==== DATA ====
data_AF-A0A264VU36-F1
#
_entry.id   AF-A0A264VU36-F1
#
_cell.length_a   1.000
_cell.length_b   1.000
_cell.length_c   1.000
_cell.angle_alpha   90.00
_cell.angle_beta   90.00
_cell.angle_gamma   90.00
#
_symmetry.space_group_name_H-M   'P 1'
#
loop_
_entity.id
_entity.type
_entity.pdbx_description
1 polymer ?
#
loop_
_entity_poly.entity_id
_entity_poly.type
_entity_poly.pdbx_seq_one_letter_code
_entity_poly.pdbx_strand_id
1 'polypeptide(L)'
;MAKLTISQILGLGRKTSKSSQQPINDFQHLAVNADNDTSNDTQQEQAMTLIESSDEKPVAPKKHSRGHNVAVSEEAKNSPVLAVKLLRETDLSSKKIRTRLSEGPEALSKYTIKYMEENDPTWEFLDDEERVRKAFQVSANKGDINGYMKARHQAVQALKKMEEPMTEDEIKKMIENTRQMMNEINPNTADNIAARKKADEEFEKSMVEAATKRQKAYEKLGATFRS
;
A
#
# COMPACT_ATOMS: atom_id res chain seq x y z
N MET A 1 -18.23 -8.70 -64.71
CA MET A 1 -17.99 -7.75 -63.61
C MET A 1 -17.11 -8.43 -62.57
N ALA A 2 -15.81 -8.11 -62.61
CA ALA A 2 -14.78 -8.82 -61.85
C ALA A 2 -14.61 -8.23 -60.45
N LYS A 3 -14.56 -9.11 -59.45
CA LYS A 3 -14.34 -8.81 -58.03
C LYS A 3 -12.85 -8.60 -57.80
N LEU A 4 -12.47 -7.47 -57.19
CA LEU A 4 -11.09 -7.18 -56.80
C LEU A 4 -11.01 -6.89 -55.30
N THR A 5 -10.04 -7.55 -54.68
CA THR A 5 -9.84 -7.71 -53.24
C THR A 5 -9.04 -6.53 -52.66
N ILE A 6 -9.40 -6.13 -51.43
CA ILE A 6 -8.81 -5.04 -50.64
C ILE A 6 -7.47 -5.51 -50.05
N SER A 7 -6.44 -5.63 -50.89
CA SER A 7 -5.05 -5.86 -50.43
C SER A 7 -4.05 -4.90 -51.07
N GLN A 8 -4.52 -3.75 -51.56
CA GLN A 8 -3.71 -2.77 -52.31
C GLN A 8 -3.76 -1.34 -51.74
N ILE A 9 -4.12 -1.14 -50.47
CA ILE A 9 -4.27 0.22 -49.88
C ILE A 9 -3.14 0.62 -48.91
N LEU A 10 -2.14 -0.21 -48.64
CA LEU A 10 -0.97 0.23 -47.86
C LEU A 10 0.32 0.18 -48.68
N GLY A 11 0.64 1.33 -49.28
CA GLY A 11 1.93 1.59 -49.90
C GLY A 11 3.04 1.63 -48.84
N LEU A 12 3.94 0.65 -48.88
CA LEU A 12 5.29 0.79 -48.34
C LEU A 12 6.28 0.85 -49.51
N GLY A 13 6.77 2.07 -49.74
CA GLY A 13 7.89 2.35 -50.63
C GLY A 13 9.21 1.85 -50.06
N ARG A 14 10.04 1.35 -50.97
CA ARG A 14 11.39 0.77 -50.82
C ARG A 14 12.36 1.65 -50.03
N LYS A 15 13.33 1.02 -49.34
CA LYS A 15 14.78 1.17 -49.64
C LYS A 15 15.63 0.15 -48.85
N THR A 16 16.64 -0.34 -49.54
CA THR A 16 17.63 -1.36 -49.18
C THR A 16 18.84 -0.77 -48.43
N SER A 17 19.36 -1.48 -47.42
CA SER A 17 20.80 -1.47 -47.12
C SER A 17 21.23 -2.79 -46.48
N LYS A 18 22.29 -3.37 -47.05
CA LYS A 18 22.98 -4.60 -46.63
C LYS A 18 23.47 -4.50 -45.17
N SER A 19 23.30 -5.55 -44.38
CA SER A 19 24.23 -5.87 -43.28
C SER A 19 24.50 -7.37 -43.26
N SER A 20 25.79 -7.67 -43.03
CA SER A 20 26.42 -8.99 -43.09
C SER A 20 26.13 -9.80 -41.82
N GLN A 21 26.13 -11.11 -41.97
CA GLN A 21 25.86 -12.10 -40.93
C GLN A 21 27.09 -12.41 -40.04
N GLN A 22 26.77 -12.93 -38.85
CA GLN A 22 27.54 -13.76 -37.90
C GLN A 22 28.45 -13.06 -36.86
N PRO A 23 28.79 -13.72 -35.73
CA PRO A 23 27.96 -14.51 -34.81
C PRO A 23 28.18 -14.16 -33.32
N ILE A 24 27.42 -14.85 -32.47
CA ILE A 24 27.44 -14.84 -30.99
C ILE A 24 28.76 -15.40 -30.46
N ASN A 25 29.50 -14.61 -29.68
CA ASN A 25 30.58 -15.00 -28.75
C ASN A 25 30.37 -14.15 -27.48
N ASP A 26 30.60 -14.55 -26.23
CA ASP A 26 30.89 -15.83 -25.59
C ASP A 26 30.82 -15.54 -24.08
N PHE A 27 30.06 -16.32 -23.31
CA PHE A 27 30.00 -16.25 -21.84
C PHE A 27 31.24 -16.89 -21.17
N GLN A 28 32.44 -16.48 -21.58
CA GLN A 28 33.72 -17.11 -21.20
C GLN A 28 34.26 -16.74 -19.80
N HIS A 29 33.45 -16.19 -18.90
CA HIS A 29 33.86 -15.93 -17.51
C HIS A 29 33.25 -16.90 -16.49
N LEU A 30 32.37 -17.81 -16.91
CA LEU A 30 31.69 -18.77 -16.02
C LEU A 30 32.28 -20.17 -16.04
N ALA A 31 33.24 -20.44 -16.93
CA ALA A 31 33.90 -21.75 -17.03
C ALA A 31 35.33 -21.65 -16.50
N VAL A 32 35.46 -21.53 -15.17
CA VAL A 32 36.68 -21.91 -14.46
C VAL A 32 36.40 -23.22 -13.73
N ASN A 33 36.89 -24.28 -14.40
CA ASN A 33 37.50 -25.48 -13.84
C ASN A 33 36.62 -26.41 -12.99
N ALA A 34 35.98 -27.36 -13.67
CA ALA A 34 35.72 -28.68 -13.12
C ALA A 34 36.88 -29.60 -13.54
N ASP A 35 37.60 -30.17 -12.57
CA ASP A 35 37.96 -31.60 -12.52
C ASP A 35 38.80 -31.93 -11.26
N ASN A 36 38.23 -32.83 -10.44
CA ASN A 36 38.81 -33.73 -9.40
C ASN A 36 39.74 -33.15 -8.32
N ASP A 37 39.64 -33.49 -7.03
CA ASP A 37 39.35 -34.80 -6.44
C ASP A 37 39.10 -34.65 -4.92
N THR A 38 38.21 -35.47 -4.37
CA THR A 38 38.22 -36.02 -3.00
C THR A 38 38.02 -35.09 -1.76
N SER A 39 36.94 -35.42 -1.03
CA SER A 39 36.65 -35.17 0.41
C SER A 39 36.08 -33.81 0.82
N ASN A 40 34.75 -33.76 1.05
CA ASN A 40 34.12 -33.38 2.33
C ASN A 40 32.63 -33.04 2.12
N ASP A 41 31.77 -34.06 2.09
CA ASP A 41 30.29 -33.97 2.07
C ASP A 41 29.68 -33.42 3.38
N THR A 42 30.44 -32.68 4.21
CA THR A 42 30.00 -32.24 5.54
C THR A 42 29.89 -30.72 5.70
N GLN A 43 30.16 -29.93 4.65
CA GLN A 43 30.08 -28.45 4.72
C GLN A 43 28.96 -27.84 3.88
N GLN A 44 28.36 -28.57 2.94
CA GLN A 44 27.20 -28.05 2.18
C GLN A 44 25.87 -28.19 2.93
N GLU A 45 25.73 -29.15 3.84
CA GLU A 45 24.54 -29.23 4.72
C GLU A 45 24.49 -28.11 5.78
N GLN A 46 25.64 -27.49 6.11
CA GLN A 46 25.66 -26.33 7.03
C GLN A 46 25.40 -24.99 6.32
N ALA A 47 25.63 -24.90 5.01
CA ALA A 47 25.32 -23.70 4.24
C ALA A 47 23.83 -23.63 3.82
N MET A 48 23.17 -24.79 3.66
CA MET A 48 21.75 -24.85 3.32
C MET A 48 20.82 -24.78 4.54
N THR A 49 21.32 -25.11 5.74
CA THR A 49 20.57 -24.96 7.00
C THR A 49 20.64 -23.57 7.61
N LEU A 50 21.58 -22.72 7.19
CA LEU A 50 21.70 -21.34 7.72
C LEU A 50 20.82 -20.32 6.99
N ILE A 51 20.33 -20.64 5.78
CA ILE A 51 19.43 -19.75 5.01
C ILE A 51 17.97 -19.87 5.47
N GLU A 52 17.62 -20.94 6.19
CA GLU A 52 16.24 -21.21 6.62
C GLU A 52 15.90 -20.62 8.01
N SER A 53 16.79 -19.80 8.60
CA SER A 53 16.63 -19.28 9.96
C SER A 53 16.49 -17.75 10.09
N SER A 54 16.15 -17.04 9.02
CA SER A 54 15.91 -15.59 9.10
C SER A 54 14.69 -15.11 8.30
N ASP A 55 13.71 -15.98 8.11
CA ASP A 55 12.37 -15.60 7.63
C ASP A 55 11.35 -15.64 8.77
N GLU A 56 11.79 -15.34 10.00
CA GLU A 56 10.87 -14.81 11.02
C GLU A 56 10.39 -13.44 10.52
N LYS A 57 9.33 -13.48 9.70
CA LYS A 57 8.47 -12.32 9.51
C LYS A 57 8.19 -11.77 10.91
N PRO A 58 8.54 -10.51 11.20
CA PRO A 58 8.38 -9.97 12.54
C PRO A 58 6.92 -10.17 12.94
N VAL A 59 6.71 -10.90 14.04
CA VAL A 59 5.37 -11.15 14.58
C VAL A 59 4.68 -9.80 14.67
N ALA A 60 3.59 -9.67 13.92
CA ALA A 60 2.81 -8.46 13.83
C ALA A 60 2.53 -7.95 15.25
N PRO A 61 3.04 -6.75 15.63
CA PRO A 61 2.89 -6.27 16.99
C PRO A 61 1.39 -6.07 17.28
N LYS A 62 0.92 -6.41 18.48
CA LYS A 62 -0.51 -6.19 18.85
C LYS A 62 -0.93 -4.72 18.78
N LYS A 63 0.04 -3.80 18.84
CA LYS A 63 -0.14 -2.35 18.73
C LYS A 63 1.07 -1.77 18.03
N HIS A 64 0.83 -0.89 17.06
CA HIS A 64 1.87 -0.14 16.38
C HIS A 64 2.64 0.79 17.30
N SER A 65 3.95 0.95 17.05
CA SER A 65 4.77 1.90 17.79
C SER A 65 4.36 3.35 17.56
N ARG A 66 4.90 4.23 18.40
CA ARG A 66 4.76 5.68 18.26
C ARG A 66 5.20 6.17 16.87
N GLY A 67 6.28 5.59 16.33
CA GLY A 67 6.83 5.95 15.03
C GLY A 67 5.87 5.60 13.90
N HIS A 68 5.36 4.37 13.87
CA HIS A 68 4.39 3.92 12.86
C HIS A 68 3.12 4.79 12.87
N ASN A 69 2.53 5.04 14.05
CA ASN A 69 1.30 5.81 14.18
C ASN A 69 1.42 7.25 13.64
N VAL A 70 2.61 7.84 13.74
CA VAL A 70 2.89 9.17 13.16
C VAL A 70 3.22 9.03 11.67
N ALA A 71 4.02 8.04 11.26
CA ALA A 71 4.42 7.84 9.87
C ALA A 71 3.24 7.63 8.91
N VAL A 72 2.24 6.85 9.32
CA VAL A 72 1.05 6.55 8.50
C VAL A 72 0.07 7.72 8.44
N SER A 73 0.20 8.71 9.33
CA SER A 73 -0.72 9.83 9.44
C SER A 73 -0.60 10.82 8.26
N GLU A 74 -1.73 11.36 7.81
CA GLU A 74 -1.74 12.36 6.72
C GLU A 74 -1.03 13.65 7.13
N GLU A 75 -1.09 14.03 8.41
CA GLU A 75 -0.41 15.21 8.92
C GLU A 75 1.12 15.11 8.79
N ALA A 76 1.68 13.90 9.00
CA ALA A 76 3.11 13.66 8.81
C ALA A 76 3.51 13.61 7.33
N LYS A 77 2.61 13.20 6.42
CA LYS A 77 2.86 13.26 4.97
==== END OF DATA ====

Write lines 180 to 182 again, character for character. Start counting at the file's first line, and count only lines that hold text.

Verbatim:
C LEU A 50 20.82 -20.32 6.99
N ILE A 51 20.33 -20.64 5.78
CA ILE A 51 19.43 -19.75 5.01